Have you been considering using geo-targeting for your business but are unsure how it works?
We’ve got good news for you: you’ve come to the right place!
If you’re keen to learn more about this marketing strategy and how it drives conversions, we commend you. Conducting your own research shows sound business sense, as you should never implement a strategy you don’t understand or know enough about.
Below, we’ve put together a guide explaining everything you need to know about geo-targeting within digital advertising and how you can use it to drive conversions via search engines and social media networks like Facebook.
So, what is geo-targeting? In a nutshell, geo-targeting is an online advertising strategy that helps you find potential customers based on their location. One notable difference between geo-targeting and some other forms of geo-marketing is that geo-targeted ads usually use a potential customer’s IP address as opposed to the GPS location.
Now, an IP address usually only gives a broad impression of where a potential customer is located. It can locate a browser many miles away from the customer’s actual physical location. So what is the advantage of using an IP address for geo-marketing?
The advantage usually lies in 2 areas:
- Scale: Geo-targeting can cover an extremely wide area such as a city or a state and target IP addresses in that region. Other forms of geo-marketing tend to be more useful for extremely localized results (see below: geo-targeting vs. geofencing).
- Limit by consumer criteria: Geo-targeting advertising aims at individuals within a defined radius. These individuals tend to have certain interests or belong to a specific demographic. These people will see geo-targeted ads, rather than determining probable consumer interest using proximity to a location.
This geo-targeting definition is fairly broad, as many strategies involve geo-targeting advertising. Let’s take an in-depth look at some of these.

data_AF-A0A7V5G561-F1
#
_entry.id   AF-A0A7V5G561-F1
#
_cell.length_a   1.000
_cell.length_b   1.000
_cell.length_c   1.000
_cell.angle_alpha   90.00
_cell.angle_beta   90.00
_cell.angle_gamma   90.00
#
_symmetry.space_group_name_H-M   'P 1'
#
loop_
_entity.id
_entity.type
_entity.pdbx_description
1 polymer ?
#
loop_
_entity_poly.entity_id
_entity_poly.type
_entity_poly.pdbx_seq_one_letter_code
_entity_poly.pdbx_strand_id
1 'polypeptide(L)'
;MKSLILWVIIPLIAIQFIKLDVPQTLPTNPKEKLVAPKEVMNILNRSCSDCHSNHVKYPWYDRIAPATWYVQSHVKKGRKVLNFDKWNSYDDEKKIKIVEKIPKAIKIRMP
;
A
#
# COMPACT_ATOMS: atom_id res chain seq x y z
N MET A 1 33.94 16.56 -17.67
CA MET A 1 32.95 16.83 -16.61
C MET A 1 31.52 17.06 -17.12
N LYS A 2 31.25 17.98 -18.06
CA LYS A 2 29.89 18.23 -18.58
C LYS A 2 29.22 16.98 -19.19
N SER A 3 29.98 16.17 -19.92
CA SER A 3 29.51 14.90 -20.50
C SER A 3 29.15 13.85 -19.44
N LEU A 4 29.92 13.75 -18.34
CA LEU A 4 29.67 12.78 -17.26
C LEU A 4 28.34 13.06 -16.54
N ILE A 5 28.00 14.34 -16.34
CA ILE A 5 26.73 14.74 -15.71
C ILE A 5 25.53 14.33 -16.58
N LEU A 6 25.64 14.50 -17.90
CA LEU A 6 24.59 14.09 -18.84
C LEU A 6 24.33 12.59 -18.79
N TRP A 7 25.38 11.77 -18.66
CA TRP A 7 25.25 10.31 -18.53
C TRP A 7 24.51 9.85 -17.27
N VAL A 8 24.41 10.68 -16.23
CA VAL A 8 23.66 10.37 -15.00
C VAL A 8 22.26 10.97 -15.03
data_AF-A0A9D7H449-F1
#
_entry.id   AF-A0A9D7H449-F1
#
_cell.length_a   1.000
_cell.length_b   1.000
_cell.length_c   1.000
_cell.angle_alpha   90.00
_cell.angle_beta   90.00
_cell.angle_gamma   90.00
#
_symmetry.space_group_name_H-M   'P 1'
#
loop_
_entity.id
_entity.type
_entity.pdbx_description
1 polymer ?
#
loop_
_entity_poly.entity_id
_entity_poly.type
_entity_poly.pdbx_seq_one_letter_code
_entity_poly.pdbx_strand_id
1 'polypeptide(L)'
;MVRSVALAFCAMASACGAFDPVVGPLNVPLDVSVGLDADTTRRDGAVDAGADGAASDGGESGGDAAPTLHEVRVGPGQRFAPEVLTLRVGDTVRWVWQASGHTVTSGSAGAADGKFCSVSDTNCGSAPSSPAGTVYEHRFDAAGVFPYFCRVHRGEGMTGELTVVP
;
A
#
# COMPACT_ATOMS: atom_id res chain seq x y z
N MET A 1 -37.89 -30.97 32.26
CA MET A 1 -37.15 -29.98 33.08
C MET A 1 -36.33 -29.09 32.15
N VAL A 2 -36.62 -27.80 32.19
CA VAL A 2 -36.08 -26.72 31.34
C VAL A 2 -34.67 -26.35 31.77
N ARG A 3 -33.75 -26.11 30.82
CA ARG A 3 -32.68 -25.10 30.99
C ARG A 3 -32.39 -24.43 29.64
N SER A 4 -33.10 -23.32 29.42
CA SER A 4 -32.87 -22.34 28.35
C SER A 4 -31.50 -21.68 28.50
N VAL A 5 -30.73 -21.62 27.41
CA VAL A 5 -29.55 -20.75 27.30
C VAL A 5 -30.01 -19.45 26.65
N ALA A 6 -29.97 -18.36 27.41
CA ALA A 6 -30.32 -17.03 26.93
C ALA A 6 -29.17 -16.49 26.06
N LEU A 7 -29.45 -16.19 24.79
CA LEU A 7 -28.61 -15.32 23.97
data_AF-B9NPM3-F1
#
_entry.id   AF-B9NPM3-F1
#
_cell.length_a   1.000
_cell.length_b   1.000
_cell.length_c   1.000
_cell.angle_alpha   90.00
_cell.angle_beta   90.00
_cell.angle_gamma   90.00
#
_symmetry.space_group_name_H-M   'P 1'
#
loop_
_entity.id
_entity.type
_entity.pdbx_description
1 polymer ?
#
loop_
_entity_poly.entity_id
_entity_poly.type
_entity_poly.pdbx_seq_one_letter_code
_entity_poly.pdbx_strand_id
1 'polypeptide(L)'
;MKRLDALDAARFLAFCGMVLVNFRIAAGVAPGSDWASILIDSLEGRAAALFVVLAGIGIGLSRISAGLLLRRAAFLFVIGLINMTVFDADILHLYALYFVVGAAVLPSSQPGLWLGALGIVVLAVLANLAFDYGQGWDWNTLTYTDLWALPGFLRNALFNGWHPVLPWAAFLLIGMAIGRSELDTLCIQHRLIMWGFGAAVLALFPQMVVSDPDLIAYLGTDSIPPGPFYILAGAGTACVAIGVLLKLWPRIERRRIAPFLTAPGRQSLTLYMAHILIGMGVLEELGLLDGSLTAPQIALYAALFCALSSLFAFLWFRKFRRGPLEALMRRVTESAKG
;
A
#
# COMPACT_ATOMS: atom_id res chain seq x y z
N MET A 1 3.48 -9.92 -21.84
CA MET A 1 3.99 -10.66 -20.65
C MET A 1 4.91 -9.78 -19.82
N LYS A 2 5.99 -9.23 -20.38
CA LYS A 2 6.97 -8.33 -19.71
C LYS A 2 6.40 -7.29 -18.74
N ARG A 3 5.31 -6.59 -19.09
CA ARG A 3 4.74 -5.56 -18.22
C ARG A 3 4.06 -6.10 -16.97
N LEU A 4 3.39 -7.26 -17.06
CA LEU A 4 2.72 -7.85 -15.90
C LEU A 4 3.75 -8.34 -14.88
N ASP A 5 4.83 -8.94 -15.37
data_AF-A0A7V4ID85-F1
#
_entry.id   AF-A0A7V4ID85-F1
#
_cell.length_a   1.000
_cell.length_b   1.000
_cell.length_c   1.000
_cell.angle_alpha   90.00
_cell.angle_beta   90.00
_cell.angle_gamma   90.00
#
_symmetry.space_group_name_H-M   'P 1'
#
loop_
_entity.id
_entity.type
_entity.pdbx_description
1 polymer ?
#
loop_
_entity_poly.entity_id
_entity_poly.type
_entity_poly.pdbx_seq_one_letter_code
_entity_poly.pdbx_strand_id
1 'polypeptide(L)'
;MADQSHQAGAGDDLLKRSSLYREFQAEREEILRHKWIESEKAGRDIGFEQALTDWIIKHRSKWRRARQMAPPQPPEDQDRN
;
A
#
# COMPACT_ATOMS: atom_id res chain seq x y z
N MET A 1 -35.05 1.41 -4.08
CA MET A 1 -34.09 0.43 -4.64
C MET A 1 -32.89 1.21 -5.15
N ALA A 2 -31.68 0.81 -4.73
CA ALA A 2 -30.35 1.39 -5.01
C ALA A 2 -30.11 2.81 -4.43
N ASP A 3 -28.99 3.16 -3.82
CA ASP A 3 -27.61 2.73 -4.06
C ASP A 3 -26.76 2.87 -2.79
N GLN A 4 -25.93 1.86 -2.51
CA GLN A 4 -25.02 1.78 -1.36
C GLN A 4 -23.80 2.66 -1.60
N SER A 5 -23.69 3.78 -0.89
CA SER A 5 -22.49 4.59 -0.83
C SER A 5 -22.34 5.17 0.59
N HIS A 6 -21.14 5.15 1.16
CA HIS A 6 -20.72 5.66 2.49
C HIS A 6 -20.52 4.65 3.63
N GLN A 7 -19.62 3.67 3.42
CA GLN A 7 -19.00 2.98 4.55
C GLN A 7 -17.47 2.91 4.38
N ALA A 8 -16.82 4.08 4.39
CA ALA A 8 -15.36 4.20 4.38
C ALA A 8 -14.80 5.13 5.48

Geo-Targeting vs. Geofencing
Geofencing is another geo-marketing strategy but is tailored to a far more selective area than geo-marketed ads. The main difference between geo-targeting vs. geofencing is that geofencing specifies a “barrier” around a certain area. This strategy is used in areas like:
Stadia: This strategy would market a product to an audience in an area like a sports venue. Geofencing sometimes uses its audience’s GPS location as opposed to IP address for relevance.
Colleges: Pretend you’re advertising a coffee shop that offers student discounts. You might decide that when considering the benefits of geo-targeting vs. geofencing, the latter is the better option. This would help attract visiting students as well as those living on campus.
The benefits of geo-targeting vs. geofencing depend on your business, and the strategies can be complementary. The best advice is to consult with a digital marketing agency that specializes in paid media to learn which would best suit your business.
How to Use Geo-Targeting on Search Engines
Below, we’ll cover a few techniques for using geo-targeted ads to reach your customer base. The effectiveness of these depends on what type of business you run. Check out some examples of the kinds of businesses that could benefit from each type of geo-targeting advertising.
1. Radius Marketing
You can use this geo-targeting definition to target potential customers within an area defined by radius. The minimum radius for geo-targeted ads on search engines is 1 mile, with a maximum limit of 500 miles. This makes it an excellent marketing tool for advertising to a large area such as a state or city.
Examples of businesses that could benefit from radius marketing are:
Location-based services: Say you operate a business that provides services such as roof repair or HVAC installation. You’ll want to target a large area to increase your customer base. Radius marketing for many location-based services also has the advantage that you don’t need to be too specific when defining your audience, as many people could need these services at one point or another.
Community colleges and other local educational institutions: Geo-targeted ads using radius marketing can increase the reach of your institution. This helps you to draw prospective students from a wide base, including students who may not have considered your institution otherwise because of distance.
2. ZIP Code Targeting